Mental health and substance abuse expert Hanna McGoey has worked with individuals to help overcome drug addiction and alcoholism for 29 years. McGoey identified various issues that contribute to substance abuse rates in South Florida such as transients, club drugs, and pill mills.
Licensed clinical social worker (LCSW) Gail Horton has worked with individuals battling addiction for 25 years. In a recent interview, Horton stated that the high rate of transients in Florida make it difficult to keep track of who is living in your neighborhood. As a result, drug abuse in the home often goes unseen. Horton believes that preventing addiction starts in the home and collaborating with neighbors to recognize drug abuse in local communities.
“Having a real revolution that does not come from law enforcement or closing the boarders but from families saying I don’t want my child to grow up that way and I want my neighbors to join with me on that. If we don’t have that, then all we have is this isolated thing that we have right now.”
Other issues that affect the substance abuse rate in Florida are the conditions of halfway houses. Halfway houses are transitional facilities to help recovering addicts, prisoners, and others reintegrate into society. This form of sober living provides residents with food, shelter, aid in employment and maintaining sobriety. Despite the obvious benefits for individuals struggling with sobriety to live in a halfway house, they may be exposed to some unforeseen issues.
According to Prison Legal News, a magazine that reports on a prisoner’s rights and criminal justice issues, Florida officials fail to properly screen individuals operating halfway houses and other reentry facilities. Even more so, there are thousands of halfway houses throughout Florida and many of them look like regular houses, making it difficult to keep track of them.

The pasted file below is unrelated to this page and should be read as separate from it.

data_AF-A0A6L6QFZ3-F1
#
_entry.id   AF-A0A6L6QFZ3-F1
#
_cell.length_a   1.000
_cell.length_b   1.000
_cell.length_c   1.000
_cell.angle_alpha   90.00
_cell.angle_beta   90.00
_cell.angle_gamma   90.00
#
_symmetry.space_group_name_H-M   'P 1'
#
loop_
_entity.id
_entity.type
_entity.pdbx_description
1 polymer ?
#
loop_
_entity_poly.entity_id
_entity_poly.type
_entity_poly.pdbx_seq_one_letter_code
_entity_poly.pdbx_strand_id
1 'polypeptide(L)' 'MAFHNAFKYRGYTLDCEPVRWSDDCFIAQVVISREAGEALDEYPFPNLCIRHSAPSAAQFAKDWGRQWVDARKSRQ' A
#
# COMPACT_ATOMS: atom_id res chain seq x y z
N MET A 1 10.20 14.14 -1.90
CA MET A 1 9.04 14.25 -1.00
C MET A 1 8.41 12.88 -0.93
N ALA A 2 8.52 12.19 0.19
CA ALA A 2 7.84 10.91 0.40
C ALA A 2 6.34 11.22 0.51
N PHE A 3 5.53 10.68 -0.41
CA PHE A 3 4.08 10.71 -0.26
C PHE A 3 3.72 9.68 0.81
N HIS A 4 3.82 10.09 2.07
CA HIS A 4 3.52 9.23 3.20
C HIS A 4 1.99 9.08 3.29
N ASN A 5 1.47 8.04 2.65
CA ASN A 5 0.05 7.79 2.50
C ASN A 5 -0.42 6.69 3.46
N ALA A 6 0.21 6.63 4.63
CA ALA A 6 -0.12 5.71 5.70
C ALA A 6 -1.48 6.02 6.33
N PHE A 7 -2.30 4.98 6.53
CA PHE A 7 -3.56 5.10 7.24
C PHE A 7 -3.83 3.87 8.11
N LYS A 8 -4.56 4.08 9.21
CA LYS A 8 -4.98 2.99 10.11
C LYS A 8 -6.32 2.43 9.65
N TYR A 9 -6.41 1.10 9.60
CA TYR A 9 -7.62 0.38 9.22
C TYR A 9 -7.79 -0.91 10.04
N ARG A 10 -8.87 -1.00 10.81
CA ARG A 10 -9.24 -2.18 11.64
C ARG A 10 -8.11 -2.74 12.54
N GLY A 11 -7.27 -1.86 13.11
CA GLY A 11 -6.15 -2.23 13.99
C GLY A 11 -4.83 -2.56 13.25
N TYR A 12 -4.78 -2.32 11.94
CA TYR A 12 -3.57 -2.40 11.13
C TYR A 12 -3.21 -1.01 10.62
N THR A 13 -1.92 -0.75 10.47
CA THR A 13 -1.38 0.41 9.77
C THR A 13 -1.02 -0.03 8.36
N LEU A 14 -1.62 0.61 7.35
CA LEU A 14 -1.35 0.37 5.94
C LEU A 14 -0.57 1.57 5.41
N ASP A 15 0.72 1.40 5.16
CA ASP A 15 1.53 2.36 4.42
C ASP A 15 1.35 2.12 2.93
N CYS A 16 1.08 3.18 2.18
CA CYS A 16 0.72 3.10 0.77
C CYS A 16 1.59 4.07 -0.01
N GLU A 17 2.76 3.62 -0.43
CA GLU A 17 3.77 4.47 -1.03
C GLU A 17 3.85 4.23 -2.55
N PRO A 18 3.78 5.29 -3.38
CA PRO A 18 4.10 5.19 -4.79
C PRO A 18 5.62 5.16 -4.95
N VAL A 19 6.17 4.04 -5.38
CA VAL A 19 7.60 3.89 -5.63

“Incredibly, state officials do not require reentry facilities to be licensed, thus it is impossible to track such incidents. In fact, without licensing, there is no way to know how many halfway houses are actually operating in Florida,” said Prison Legal News Journalist Derek Gilna. Other issues with some Florida halfway houses included drug-test frauds in which residents are billed for excessive drug testing according an article published in Alcoholism & Drug Abuse Weekly.
Recovering alcoholic John Suto manages Discovery House Inc. in Delray Beach, Florida. Although Suto’s halfway house appears clean and comfortable, he admits he has witnessed halfway houses in Delray Beach that are quite the opposite. “I have lived in halfway houses where you would not want to walk in there and sleep,” said Suto. Suto also admitted that in some halfway house residents could take drugs and drink alcohol as long as they paid their rent.